EPA Evaluation of Perchloroethylene (PCE) Reveals Many Risks

The EPA has released its Draft Risk Evaluation for Perchloroethylene for public comment and peer review. Perchloroethylene (also known as perc or PCE) is the last of the first 10 or priority chemicals for which the Agency must complete risk evaluations. Under the 2016 amendments to the federal Toxic Substances Control Act (TSCA), all 10 risk evaluations must be completed by June 19, 2020.

The draft states that the Agency found that certain conditions of use of PCE present unreasonable cancer and noncancer (toxic) risks to workers, occupational nonusers, consumers, and bystanders. Risks to the general population from PCE were not considered because, says the Agency, those risks are addressed by other environmental laws, primarily the Emergency Planning and Community Right-to-Know Act; the Clean Air Act; the Comprehensive Environmental Response, Compensation, and Liability Act; the Safe Drinking Water Act; and the Clean Water Act.

The draft does not include recommendations on mitigating the risks. However, apart from the draft, the Agency does offer suggestions for safe use of PCE for both workers and consumers. Also, after the PCE risk evaluation is complete, TSCA empowers the EPA to manage unreasonable risks through restrictions or even prohibitions on specific conditions of use.

PCE Uses

PCE is a highly versatile solvent. It is used in the production of fluorinated compounds, dry cleaning, and vapor degreasing. It is also found in commercial and consumer products such as adhesives (for arts and crafts and light repairs), degreasing aerosols, brake cleaners, aerosol lubricants, sealants, stone polish, stainless steel polish, and wipe cleaners.

The conditions of use included in the draft are manufacturing; processing; distribution in commerce; industrial, commercial, and consumer uses; and disposal. The yearly production volume for PCE, which includes imported volumes, ranged from 388 million to 324 million pounds between 2012 and 2015.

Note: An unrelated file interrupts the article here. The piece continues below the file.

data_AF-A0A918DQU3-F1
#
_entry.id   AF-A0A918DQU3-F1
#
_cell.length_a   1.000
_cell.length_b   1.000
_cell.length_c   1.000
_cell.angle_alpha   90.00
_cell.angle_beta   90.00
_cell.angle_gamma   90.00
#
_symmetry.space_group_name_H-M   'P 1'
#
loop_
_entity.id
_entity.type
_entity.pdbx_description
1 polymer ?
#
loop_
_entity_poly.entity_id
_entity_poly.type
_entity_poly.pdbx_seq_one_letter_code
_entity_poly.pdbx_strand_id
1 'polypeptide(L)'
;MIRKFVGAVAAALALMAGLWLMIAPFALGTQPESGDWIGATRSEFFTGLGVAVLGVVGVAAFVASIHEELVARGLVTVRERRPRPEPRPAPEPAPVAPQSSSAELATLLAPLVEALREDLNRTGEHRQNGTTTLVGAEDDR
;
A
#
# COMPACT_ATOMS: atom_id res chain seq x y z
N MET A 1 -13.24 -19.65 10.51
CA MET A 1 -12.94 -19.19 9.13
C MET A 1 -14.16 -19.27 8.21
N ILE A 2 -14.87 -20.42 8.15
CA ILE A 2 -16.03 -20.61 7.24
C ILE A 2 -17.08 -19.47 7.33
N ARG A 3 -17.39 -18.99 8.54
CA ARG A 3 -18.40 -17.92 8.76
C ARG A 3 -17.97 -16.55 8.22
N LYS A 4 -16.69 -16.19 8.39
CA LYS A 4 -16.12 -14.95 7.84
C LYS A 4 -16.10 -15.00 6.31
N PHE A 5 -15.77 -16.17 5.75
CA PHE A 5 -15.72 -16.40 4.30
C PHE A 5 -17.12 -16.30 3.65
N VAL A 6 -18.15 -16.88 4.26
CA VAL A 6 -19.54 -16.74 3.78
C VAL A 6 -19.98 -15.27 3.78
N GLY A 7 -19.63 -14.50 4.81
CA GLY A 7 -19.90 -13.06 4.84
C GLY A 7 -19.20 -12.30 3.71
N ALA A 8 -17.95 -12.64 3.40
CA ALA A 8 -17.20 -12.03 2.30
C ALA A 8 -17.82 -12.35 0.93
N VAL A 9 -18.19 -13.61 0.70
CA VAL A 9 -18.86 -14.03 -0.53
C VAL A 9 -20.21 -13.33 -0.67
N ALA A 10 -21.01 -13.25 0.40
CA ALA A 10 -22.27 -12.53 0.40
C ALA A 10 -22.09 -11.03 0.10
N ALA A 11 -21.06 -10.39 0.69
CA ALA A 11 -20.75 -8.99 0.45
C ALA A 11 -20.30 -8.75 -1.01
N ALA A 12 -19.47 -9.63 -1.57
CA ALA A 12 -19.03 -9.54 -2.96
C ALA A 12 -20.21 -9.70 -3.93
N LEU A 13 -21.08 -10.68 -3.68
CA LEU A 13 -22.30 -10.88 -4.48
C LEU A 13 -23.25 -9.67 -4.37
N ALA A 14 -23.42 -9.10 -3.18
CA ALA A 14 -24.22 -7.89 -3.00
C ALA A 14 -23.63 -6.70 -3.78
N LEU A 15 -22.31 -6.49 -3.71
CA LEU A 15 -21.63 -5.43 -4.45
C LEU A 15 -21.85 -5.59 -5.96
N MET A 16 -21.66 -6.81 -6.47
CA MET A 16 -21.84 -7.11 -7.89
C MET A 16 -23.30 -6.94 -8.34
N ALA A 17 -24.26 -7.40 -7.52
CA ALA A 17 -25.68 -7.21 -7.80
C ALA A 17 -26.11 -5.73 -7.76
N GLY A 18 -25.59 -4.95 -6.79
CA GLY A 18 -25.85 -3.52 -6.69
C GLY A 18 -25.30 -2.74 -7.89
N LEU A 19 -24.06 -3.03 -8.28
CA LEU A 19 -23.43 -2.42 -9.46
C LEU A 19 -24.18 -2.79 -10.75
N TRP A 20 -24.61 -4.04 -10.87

The best known use of PCE is as a commercial dry-cleaning solvent. Current data indicate that 70 percent of dry cleaners still use PCE, although effective, non-PCE alternatives are widely available.

Cancer and Toxic Effects

Possible direct links between PCE and cancer have been extensively studied. Currently, the International Agency for Research on Cancer lists PCE as “probably carcinogenic to humans.” In 2012, the EPA itself performed a thorough review of epidemiological data and found that there was a pattern of evidence associating PCE exposure with cancer of the bladder, non-Hodgkin’s lymphoma, and multiple myeloma. More limited data pointed to esophageal, kidney, lung, liver, cervical, and breast cancer. Acute toxicity, neurotoxicity, kidney toxicity, liver toxicity, reproductive/developmental toxicity, immune and hematological effects, and irritation are among the noncancer effects the EPA discusses in the draft.

Unreasonable Risks

The EPA has identified six conditions of use of PCE that present an unreasonable risk of injuring workers (including, in some cases, occupational nonusers) and consumers (including, in some cases, bystanders).

  • Manufacturing and import (includes repackaging and loading/unloading);
  • Processing—as reactant/intermediate; when incorporated into certain formulations and when repackaged/recycled;
  • Industrial uses—as a solvent in vapor degreasing, cold cleaning, and dry cleaning; as a lubricant and grease; as a solvent adhesive; as a solvent for paint and coating; as a maskant for chemical milling; as a processing aid for pesticides and fertilizers; in textile processing; and in wood furniture manufacturing;
  • Commercial uses—many uses are listed, including as a cleaner and degreaser; in dry cleaning and spot cleaning; in automotive care products; as an aerosol and a nonaerosol cleaner; in carpet cleaning; in inks; and in mold-cleaning products;
  • Consumer uses—similar to commercial uses, as well as in rust primers and metal and stone polishes; and
  • Disposal—poses risk to workers and aquatic organisms.

According to the draft, uses that do not present an unreasonable risk include distribution in commerce; industrial and commercial use of laboratory chemicals; and consumer use as a livestock grooming adhesive.

The EPA will accept public comments on the PCE draft risk evaluation until July 6, 2020. Also, a panel of independent, scientific experts will peer review the draft on May 26–29, 2020, says the Agency.